Regressions: Linear and Multi-Variant {GASP}

I don’t think the person exists that doesn’t take a step backwards when they first hear they need to perform regressions especially the dreaded Multi-Variant Linear Regression.
Let me help everyone that is frightened by this….It looks scary, the formulas look like some secret spy code, the good news is most of us have done a similar analysis we just didn’t write the regression model out.
Simply put Regressions put the “variable of interest” (the dependent variable) on one side of the equation and the variables that we believe contribute or explain that variable of interest on the other side of the equation.
That explanation even sounds scary to me even with as simplified as it is.
The example used in many text books is the Salary analysis.

Salary = years of experience + years of education + average salary in a field

When it is put into the standard form we simplify variable names and add some requisite pieces to the equation that I’ll explain in a minute.

Variables
S – Salary (the dependent variable from dataset)
E – years of Experience (Independent variable from dataset)
D – years of Education (Independent variable from dataset)
F – average Salary in Field (Independent variable from dataset)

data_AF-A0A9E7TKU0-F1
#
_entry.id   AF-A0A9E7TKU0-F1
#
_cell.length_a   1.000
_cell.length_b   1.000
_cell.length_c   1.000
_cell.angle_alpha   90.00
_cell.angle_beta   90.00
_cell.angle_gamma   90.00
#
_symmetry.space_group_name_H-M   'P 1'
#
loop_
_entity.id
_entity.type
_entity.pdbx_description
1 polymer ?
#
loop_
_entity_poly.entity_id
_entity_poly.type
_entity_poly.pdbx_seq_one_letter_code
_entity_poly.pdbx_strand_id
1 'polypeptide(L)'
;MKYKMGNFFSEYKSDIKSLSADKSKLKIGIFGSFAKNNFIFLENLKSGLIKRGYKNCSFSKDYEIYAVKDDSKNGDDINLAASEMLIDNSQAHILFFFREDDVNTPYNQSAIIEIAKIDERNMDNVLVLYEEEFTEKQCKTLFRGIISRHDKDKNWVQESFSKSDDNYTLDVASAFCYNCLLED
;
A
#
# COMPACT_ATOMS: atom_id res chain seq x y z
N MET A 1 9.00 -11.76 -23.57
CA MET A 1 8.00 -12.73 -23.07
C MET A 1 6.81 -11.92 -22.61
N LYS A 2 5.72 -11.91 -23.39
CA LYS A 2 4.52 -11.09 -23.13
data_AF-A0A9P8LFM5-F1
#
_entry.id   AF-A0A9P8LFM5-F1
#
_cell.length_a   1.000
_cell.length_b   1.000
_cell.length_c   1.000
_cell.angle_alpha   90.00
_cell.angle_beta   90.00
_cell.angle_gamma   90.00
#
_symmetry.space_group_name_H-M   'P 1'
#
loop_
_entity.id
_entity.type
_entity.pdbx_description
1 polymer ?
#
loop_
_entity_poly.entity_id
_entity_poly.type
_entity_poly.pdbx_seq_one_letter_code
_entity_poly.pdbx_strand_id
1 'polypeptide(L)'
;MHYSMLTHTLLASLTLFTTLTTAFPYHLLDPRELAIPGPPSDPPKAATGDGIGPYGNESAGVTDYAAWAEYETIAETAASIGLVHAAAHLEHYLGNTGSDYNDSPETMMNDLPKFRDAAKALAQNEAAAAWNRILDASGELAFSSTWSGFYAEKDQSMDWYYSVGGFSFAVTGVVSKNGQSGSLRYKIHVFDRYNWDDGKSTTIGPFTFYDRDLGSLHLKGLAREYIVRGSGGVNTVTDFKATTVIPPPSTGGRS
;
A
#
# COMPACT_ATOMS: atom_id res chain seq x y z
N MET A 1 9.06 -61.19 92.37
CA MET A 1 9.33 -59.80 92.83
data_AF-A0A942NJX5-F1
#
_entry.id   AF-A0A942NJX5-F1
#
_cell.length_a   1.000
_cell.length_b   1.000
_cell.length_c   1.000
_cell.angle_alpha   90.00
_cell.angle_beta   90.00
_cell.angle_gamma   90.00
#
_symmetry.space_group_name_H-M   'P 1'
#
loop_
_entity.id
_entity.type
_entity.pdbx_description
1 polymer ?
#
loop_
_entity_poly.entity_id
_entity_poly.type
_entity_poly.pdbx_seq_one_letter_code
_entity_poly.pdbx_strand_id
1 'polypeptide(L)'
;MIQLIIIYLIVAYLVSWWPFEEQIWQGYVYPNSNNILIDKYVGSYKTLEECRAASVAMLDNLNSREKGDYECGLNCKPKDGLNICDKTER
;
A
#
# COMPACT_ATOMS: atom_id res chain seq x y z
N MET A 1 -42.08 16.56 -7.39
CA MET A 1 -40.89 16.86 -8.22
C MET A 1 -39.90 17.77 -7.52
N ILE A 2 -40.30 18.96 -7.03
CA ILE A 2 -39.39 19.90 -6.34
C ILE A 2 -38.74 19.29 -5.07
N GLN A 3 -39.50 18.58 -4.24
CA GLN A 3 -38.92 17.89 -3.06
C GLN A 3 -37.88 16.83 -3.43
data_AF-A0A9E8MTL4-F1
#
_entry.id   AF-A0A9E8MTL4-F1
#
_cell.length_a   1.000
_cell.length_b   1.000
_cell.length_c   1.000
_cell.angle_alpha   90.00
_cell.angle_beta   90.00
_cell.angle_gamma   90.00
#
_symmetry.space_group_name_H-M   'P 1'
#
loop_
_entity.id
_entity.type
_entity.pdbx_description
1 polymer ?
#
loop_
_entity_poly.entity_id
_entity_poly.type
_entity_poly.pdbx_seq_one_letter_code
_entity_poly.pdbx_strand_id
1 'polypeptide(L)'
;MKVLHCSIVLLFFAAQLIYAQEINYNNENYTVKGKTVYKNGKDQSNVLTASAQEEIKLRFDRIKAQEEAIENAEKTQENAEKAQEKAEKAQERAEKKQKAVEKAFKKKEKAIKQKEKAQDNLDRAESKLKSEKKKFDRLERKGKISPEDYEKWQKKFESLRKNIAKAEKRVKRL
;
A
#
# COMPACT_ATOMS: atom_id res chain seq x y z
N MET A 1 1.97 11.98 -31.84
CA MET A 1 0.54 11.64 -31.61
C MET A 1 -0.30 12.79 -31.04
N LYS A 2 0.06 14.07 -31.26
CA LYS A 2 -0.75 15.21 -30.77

α – the Y-axis intercept
β – variables coefficient, one for each variable so subscripts are assigned to them. β1, β2, β3…
μ – error term component, this effectively is a stand in variable for all the possible variables we do not know of or do not have data for.

S = α + β1E + β2D + β3F + μ

The 3 parts you can’t do without. α, β, μ .
α : the Y-axis intercept
β –Coefficient of the variable for how much the variable “explains” the “variable of Interest”. While it may look like a simple “how much does this variable contribute to the ‘variable of interest’ like 45%” This IS NOT what the Coefficients function is in the regression.
μ – error term component, sometimes noted as U (unknown), e or ε (error).
The goal of a regression is to test how well the variables we Hypothosize explain the Dependent Variable of interest. It would be great if our Hypothesized equation (Model) explained 100% that is entirely explains the Variable of interest. Well let me tell you that won’t happen. The μ error term helps get us closer but we still won’t get all the way there.

It is not uncommon for one of the independent variables to be found to not explain the dependent variable at all, at which point a new model omitting that variable is in order. Unless we want to support the hypothesis that that variable has nothing to do with the dependent variable.
If we go back to the above Model and we found D (years of Education) did not explain Salary, we may be incline to re-specify the model without variable D. Personally, I would be re-examining the datasets for issues because logically we probably all believe years of education directly effects Salary, why else would we have studied stats.

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